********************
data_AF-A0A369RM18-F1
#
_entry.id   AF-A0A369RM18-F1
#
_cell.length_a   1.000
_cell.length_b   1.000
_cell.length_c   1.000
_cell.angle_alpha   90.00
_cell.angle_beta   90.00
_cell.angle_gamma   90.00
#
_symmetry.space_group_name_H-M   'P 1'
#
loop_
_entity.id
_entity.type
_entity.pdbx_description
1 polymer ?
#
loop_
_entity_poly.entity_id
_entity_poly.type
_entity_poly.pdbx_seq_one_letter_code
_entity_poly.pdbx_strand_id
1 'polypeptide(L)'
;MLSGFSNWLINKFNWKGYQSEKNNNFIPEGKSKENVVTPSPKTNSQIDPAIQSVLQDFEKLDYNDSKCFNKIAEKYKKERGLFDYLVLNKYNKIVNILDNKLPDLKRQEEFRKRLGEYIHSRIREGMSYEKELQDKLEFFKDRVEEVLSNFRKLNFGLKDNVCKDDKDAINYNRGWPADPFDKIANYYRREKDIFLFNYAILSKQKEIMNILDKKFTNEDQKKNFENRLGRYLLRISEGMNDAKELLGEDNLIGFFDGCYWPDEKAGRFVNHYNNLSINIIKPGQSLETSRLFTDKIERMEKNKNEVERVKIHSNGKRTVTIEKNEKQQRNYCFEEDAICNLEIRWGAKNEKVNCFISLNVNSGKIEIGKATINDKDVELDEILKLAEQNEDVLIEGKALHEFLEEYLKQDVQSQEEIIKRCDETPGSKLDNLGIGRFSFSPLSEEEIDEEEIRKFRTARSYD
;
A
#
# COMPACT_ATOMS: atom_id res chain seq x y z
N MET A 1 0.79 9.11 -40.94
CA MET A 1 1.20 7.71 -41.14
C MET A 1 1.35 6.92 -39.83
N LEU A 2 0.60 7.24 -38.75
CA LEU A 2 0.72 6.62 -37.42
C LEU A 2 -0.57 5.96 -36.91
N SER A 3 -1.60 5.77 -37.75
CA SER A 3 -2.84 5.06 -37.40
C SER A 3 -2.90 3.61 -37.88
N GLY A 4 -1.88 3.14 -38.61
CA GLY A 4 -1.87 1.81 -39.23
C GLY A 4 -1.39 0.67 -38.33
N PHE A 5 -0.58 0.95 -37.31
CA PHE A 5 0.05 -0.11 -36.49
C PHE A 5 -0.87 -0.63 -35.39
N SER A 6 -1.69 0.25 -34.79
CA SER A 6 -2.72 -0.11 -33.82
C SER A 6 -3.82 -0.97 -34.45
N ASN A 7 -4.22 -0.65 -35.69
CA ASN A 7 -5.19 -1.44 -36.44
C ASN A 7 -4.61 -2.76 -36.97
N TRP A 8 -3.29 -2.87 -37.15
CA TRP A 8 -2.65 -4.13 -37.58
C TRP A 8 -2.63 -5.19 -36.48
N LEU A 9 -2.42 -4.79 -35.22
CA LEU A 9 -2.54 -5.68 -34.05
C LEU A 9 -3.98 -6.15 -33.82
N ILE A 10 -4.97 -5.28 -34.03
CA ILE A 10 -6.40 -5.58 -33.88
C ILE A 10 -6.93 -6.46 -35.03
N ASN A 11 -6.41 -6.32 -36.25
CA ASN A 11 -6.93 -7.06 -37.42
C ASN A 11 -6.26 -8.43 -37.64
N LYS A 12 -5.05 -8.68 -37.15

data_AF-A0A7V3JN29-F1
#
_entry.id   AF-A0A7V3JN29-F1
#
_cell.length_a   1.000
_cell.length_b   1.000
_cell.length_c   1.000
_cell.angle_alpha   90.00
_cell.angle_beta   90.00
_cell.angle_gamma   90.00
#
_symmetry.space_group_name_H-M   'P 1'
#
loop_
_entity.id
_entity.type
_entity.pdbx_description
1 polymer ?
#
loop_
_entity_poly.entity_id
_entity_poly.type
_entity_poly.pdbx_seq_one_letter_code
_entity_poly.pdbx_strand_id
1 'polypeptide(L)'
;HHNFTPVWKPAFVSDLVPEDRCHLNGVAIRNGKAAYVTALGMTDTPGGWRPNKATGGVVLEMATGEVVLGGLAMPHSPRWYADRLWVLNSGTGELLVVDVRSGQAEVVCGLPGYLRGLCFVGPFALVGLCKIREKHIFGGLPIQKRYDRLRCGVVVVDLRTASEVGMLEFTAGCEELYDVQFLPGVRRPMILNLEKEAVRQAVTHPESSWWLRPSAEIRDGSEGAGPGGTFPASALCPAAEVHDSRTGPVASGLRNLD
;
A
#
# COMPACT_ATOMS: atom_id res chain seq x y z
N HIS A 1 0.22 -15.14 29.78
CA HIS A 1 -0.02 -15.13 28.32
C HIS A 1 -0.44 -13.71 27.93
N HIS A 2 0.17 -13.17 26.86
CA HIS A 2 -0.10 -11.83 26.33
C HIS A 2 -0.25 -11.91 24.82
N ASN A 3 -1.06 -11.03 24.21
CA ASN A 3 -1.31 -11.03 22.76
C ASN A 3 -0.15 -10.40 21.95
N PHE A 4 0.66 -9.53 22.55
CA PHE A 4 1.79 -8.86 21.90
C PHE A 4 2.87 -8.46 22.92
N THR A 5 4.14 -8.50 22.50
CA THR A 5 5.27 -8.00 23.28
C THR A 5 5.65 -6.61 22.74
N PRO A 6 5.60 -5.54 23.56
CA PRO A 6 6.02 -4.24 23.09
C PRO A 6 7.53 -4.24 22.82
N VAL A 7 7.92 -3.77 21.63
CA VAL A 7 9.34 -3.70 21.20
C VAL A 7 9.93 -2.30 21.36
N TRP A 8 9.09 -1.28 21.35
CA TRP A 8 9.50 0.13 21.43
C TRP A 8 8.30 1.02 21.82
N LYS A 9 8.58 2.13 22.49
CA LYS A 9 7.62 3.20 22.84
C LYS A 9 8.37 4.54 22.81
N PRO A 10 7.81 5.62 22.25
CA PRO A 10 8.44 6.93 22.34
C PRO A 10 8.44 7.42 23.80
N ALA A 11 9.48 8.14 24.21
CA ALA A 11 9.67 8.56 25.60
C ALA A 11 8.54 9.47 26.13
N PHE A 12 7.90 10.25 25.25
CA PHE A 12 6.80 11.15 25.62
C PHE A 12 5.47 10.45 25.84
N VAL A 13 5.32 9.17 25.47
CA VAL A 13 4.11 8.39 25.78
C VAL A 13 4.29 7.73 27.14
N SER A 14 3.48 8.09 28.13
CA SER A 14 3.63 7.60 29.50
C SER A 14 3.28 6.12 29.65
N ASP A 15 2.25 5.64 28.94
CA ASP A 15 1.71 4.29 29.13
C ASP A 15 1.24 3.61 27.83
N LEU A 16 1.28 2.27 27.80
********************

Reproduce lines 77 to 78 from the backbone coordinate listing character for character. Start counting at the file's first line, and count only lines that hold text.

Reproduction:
#
loop_